I grew up (and remain) a Chicago White Sox fan. Back in the day (early 80's), the White Sox had a radio/TV tandem of (believe it or not) Harry Carey and a lesser known, flamboyant, bombastic color-man named Jimmy Piersall.
Piersall was a brilliant young player in the late 50's who had suffered from manic depression. His mother was routinely hospitalized as he was growing up. His troubled family life eventually manifested in Piersall, leading to his falling out and then coming back to baseball which he chronicled in a book called "Fear Strikes Out." Piersall described his stuggles, his challenges controlling his own fears, fears of failure, of inadequacy, and the intense reactions he experienced to those fears. The silver linings were, if there can be such linings, that Piersall found himself. He had a 14 year career in which he was a solid player, and one of (if not the finest) defensive outfielders the game has ever seen. But even more, by facing those fears head one, Peirsal was truly liberated, he could be who he wanted to be, he could say what he wanted to say (and did). He frequently said things critical of White Sox players if they failed to hustle, which really irked the players and management staff of the White Sox, but provided truly entertaining and truly insightful, thought provoking commentary for their fans. Piersal was comfortable in his own skin and never really looked back or was afraid of the larger world because he'd already slain his "demon." That was the essence of Piersal and the meaning of the title of his book.
Scroll forward 30 years and I am amazed and struck dumb by how fearful we have become. As a nation we sit perplexed/paralyzed with fear, fear of Ebola, of Isis, of rogue terrorists. I sit bewildered (not) at how the party of common sense and small government advocates for forced quarantine (needlessly) - a big government solution to a nearly non-existent problem (Ebola pandemic risk), but chooses to do nothing to handle mental illness (a far more pervasive problem which kills tens of thousands per year). I sit baffled by the fear we seem to have of ISIS, a movement which is in fact looking to establish a country, rule an area of (mostly) desert in western Iraq and eastern Syria. We are ready to use our one and only tool (killing people with military firepower) to try to scare the rest of the people in the area (the Middle-East) into "not getting in our way." We seem to think that fear will cause them to cease seeking their own goals/determination. Would it stop us? Did it?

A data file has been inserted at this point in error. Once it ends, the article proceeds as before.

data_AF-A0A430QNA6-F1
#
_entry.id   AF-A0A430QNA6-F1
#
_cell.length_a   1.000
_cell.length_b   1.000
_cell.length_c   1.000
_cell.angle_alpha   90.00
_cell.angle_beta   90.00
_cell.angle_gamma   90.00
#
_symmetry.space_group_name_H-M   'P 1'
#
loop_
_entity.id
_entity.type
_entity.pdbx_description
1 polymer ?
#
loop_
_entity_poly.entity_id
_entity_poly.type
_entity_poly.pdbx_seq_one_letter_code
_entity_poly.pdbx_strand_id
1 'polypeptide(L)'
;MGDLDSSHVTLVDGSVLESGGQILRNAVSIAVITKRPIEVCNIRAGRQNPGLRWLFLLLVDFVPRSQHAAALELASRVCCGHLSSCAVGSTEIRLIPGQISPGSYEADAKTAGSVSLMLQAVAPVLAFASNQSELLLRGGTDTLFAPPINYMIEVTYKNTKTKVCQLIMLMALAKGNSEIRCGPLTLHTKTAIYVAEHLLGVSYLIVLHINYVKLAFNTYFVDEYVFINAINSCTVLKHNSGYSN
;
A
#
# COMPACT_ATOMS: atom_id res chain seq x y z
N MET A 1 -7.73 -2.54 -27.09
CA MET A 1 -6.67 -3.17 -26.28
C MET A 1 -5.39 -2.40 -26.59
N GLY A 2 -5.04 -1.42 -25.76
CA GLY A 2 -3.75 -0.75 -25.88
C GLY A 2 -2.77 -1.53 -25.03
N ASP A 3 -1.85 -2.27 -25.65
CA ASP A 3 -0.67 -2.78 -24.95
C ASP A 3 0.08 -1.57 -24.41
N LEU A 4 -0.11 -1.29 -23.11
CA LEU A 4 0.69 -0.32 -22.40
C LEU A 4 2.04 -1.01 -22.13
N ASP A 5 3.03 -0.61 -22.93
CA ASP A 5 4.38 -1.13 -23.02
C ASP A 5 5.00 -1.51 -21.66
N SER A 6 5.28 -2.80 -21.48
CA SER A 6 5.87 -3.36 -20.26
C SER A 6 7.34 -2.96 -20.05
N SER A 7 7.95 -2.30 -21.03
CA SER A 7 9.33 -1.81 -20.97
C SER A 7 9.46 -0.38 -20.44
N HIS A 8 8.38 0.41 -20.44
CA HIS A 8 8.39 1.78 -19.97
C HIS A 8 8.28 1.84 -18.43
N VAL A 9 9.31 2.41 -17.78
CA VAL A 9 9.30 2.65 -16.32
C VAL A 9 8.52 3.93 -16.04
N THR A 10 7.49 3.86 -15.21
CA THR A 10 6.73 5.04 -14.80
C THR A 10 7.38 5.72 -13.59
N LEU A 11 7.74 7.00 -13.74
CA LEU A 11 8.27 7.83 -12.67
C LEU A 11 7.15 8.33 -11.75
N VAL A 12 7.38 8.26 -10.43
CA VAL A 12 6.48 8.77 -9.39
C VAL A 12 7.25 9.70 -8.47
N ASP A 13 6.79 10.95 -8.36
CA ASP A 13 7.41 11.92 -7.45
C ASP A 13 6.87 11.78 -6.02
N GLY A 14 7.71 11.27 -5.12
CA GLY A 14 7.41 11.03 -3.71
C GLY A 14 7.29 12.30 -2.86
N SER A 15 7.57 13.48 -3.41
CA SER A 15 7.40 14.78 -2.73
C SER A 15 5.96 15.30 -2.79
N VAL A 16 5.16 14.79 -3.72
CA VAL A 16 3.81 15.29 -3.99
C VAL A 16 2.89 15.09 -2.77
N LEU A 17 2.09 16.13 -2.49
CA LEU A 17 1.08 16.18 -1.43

I sit perplexed by how MSNBC spends 6 hours covering a shooting at the Canadian War Memorial, when the same organization spent 15 minutes covering a similar shooting 16 years ago at our OWN capital. We had the sense to keep things in perspective then, but have lost that perspective now, and not just fear mongering conservatives have lost it, liberals have too. I sit baffled by Darrel Issa, how he can, with a straight face condemn the CDC for not having fully complete guidelines on Ebola, whe he consistently has cut the CDC's budget to the bone. He wants perfection but doesn't want to pay for it. He (and those like him) are utterly unable (or more correctly unwilling) to apply a modicum of common sense to the situation and grasp that the CDC doubtless provided general guidelines which, in the face of application, needed refinement, just like EVERY policy needs, every plan needs, once put into action. Companies develop Disaster Recovery plans, then they test them, then they refine them. A failure in one part of the plan doesn't mean the people (or the company) are incompetent, it means they aren't capable of predicting the future or of dealing with every possible variable until they get a feel for what those variables turn out to truly be. The better question is, why would Issa choose, at this time, to desire to instill a lack of confidence in the ability of the government to handle something which he purports to feel is a serious issue? Is he looking to cause a panic?